Supervision is a YA Paranormal that just released a couple days ago. I wanted to do a guest post with Alison as part of this tour because her book centers around a creepy house. Growing up, my sister and I convinced ourselves this house on our street was haunted. Granted, it didn’t even look like a haunted house, but we would sprint past it in our asphalt stained feet just the same.
In high school, a couple of my friends visited the local haunted house and came back with some pretty wild stories of chairs moving across the room on their own. Doors closing, lights flickering–the whole thing.
Needless to say, I have a soft spot for house-stories :D
Also, the artistic part of me admires the watercolor nature of the banner and cover. I totally want to hang this above my bed. Or on my inspiration board next to my desk and easel. Despite the creepy nature of the book.
They are giving away three ebook copies of Supervision and 2x original graffiti art prints based on the book (which ends April 30th). How cool is that? I want book graffiti.
If you want to follow the rest of the tour, you can find the schedule here.Something is wrong with Esmé.
Kicked out of school in New York, she’s sent to live with her grandmother in a small Appalachian town. But something is wrong with the grandmother Ez hasn’t seen for years; she leaves at midnight, carrying a big black bag. Something is wrong with her grandmother’s house, a decrepit mansion full of stray cats, stairs that lead to nowhere, beds that unmake themselves. Something is wrong in the town where a kid disappears every year, where a whistle sounds at night but no train arrives.
And something is wrong with the cute and friendly neighbor Ez’s age with black curls and ice-blue eyes: He’s dead.
And here’s Alison!:
SUPERVISION was inspired by a very old, very strange house—but not one in my family.
Several years ago I answered an ad for a free piano. The people who were giving the instrument away lived in a huge, ruined mansion down a back road in a very small townnear my home. The house looked completely out of place: three stories tall (with a ballroom and marble fireplaces inside) on top of a hill in nowhere Ohio.
Later I learned it had probably been the home of one of the nearby coal mine owners orlocal iron “industrialists” but the house had fallen into disrepair over the years. The people who rented it were moving—and getting rid of that piano, which, yes, I did take and still play today—because their utility bills were so high, trying to heat that behemoth of a house.
I would find excuses to drive past the house, an hour out of my way. I even looked into renting or buying it, but I could never find a listing. There was no way I could have afforded the heating bills, either, anyway. I just couldn’t figure out why the house was calling to me.
And then I started writing a book called SUPERVISION…
Once I had the central place for my novel (collapsing house, weird additions, rotting barn), I started thinking more about the people. Who would live in such a forgotten house? Who might be sent there as punishment? What were the stories of all its many rooms?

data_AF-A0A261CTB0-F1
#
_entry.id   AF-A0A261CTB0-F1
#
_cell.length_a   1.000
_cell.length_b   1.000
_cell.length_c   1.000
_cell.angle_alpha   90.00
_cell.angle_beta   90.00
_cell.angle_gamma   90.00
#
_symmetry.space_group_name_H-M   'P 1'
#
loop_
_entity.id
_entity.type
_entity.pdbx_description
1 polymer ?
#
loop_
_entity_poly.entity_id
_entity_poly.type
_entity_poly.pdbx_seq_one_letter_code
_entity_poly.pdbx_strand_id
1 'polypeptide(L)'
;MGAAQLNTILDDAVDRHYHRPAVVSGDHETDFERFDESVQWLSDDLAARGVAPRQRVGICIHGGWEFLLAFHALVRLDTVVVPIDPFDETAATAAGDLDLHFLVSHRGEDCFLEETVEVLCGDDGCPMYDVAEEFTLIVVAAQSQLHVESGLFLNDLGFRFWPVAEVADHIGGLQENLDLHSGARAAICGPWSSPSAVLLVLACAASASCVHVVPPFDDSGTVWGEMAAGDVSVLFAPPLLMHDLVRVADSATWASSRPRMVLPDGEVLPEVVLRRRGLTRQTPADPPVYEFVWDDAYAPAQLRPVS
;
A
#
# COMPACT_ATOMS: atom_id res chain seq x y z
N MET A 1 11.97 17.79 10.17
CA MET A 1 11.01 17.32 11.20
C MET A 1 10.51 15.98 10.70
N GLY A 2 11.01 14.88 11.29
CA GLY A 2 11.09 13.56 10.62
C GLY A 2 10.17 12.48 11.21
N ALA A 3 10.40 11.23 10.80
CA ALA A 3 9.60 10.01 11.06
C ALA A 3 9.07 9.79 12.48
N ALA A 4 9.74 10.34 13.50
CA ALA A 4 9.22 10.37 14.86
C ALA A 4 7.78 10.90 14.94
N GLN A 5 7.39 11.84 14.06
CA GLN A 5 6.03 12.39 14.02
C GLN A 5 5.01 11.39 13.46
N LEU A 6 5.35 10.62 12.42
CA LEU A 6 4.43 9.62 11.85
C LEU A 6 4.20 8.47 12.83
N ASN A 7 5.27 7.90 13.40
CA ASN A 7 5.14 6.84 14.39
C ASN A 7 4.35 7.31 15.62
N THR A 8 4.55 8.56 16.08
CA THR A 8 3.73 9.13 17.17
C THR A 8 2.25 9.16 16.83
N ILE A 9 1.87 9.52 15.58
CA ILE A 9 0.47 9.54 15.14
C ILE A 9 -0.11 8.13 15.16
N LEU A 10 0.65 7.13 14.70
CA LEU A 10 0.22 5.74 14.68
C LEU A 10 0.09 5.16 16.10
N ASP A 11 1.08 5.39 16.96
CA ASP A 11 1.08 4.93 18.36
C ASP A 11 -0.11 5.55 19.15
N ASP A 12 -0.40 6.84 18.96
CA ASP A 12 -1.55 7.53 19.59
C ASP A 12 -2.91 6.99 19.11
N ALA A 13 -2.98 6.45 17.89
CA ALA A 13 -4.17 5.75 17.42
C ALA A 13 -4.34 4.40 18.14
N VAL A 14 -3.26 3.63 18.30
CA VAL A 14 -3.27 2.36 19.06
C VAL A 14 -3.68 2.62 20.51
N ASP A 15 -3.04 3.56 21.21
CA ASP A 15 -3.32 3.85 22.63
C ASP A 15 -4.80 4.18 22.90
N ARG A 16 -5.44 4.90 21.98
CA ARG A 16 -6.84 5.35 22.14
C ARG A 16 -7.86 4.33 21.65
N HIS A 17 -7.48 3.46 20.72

Did something bad happen there?
And happen again? And happen again?
I did think of my grandmothers’ houses when I wrote SUPERVISION, although the book is not specifically set there. Both my parents grew up on small farms in Indiana, and I have many wonderful memories of the farmhouses.
I thought of my maternal grandmother when it came to scenes in SUPERVISION set around the kitchen table. That’s where everyone in my mother’s family—and it’s a large family of six kids—would gather to tell stories, get together for meals, and then stay and stay and talk and talk… That definitely influenced several scenes in SUPERVISION where the main characters regroup. After traumatic events, fights and encounters with the supernatural, they go to—where else?—the grandmother’s kitchen table.
I thought of my paternal grandmother when it came to the outdoor scenes in SUPERVISION. That is the landscape of my dad’s childhood: wild fields and overgrown forests. My grandparents had a whole herd of cats that would come around after dinner— barn cats, strays, feral creatures. My grandfather would fed them table scraps from a tin pie pan. I remember him rattling the pan to get them to come.
My paternal grandparents also used to take me to a rural gas station where the owners would give me sweet tart suckers and let me play with their manx cats, a bred that is tailless. Manxes play a large part in SUPERVISION (I thought they were magic and cool even then).
Family and ancestors are very important to SUPERVISION. The novel is about, in part, an inherited secret. Like most secrets, it’s better if it’s told. It’s better if it’s shared, and if you have family around to help you. I’m lucky in that, while not always understanding what I’m doing or why I’m on this weird artistic path, my family has always supported my work.
My main character Esme Wong gets that support too. Though it takes her and her family and her rather strange friends some time to come together, they eventually do: around the kitchen table at her grandmother’s house.
Thanks so much for joining us today, Alison!
Also the author of three books of poetry: WAIT (University of Wisconsin Press, 2011), OHIO VIOLENCE (University of North Texas Press, 2009), and LOT OF MY SISTER (Kent State University Press, 2001), she has worked as an actor, an artist’s model, a high school teacher, and a professor. She holds a Ph.D. in English from Ohio University, and is an avid urban explorer.